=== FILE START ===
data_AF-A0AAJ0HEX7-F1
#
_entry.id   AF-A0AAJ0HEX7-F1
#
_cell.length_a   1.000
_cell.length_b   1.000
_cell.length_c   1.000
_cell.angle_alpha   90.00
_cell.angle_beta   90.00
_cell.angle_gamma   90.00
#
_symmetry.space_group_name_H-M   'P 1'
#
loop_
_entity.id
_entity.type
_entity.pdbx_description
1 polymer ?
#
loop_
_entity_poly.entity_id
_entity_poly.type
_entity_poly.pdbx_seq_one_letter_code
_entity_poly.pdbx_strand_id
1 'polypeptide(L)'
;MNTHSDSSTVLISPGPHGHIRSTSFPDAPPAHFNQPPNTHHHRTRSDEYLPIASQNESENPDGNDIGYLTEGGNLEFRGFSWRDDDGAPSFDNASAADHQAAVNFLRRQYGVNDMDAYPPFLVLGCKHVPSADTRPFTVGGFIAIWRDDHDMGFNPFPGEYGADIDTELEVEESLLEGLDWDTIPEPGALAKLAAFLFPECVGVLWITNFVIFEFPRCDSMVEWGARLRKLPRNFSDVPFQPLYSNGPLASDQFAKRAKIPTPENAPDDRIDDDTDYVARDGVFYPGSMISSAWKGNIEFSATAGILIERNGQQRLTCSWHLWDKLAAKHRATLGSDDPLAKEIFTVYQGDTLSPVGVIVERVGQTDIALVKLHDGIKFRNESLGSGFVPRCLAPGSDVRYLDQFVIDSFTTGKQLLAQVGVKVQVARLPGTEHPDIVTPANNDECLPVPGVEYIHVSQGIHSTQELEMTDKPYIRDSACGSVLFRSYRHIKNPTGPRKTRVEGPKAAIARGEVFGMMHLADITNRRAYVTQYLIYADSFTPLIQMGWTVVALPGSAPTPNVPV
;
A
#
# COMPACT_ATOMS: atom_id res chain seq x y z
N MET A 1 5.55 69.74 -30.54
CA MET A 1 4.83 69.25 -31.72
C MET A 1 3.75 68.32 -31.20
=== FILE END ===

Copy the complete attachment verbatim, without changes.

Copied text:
data_AF-A0AAJ0HEX7-F1
#
_entry.id   AF-A0AAJ0HEX7-F1
#
_cell.length_a   1.000
_cell.length_b   1.000
_cell.length_c   1.000
_cell.angle_alpha   90.00
_cell.angle_beta   90.00
_cell.angle_gamma   90.00
#
_symmetry.space_group_name_H-M   'P 1'
#
loop_
_entity.id
_entity.type
_entity.pdbx_description
1 polymer ?
#
loop_
_entity_poly.entity_id
_entity_poly.type
_entity_poly.pdbx_seq_one_letter_code
_entity_poly.pdbx_strand_id
1 'polypeptide(L)'
;MNTHSDSSTVLISPGPHGHIRSTSFPDAPPAHFNQPPNTHHHRTRSDEYLPIASQNESENPDGNDIGYLTEGGNLEFRGFSWRDDDGAPSFDNASAADHQAAVNFLRRQYGVNDMDAYPPFLVLGCKHVPSADTRPFTVGGFIAIWRDDHDMGFNPFPGEYGADIDTELEVEESLLEGLDWDTIPEPGALAKLAAFLFPECVGVLWITNFVIFEFPRCDSMVEWGARLRKLPRNFSDVPFQPLYSNGPLASDQFAKRAKIPTPENAPDDRIDDDTDYVARDGVFYPGSMISSAWKGNIEFSATAGILIERNGQQRLTCSWHLWDKLAAKHRATLGSDDPLAKEIFTVYQGDTLSPVGVIVERVGQTDIALVKLHDGIKFRNESLGSGFVPRCLAPGSDVRYLDQFVIDSFTTGKQLLAQVGVKVQVARLPGTEHPDIVTPANNDECLPVPGVEYIHVSQGIHSTQELEMTDKPYIRDSACGSVLFRSYRHIKNPTGPRKTRVEGPKAAIARGEVFGMMHLADITNRRAYVTQYLIYADSFTPLIQMGWTVVALPGSAPTPNVPV
;
A
#
# COMPACT_ATOMS: atom_id res chain seq x y z
N MET A 1 5.55 69.74 -30.54
CA MET A 1 4.83 69.25 -31.72
C MET A 1 3.75 68.32 -31.20